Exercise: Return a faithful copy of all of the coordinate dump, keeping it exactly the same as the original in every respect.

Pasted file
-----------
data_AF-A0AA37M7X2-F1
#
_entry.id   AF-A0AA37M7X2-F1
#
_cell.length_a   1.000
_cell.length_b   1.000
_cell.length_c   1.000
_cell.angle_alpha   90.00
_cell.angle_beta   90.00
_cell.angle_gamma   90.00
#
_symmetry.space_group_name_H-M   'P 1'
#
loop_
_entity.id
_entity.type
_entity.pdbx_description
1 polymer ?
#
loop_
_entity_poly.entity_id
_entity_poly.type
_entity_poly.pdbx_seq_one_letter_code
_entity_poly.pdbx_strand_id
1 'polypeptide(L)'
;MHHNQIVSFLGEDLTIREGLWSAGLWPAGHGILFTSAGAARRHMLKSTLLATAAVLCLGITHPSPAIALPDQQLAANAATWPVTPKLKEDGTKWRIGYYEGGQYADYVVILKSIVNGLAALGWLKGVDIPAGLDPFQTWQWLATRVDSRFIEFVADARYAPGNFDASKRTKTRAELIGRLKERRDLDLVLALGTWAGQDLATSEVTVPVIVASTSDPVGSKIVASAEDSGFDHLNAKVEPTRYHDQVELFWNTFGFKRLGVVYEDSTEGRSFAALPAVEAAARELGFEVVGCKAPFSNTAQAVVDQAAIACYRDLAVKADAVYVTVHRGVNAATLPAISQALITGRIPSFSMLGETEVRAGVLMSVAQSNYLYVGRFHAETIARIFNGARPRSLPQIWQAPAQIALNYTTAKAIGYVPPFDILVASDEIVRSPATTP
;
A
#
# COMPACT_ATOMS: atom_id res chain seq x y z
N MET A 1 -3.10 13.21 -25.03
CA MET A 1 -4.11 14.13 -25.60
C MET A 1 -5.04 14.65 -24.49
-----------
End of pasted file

data_AF-A0AA37M7X2-F1
#
_entry.id   AF-A0AA37M7X2-F1
#
_cell.length_a   1.000
_cell.length_b   1.000
_cell.length_c   1.000
_cell.angle_alpha   90.00
_cell.angle_beta   90.00
_cell.angle_gamma   90.00
#
_symmetry.space_group_name_H-M   'P 1'
#
loop_
_entity.id
_entity.type
_entity.pdbx_description
1 polymer ?
#
loop_
_entity_poly.entity_id
_entity_poly.type
_entity_poly.pdbx_seq_one_letter_code
_entity_poly.pdbx_strand_id
1 'polypeptide(L)'
;MHHNQIVSFLGEDLTIREGLWSAGLWPAGHGILFTSAGAARRHMLKSTLLATAAVLCLGITHPSPAIALPDQQLAANAATWPVTPKLKEDGTKWRIGYYEGGQYADYVVILKSIVNGLAALGWLKGVDIPAGLDPFQTWQWLATRVDSRFIEFVADARYAPGNFDASKRTKTRAELIGRLKERRDLDLVLALGTWAGQDLATSEVTVPVIVASTSDPVGSKIVASAEDSGFDHLNAKVEPTRYHDQVELFWNTFGFKRLGVVYEDSTEGRSFAALPAVEAAARELGFEVVGCKAPFSNTAQAVVDQAAIACYRDLAVKADAVYVTVHRGVNAATLPAISQALITGRIPSFSMLGETEVRAGVLMSVAQSNYLYVGRFHAETIARIFNGARPRSLPQIWQAPAQIALNYTTAKAIGYVPPFDILVASDEIVRSPATTP
;
A
#
# COMPACT_ATOMS: atom_id res chain seq x y z
N MET A 1 -3.10 13.21 -25.03
CA MET A 1 -4.11 14.13 -25.60
C MET A 1 -5.04 14.65 -24.49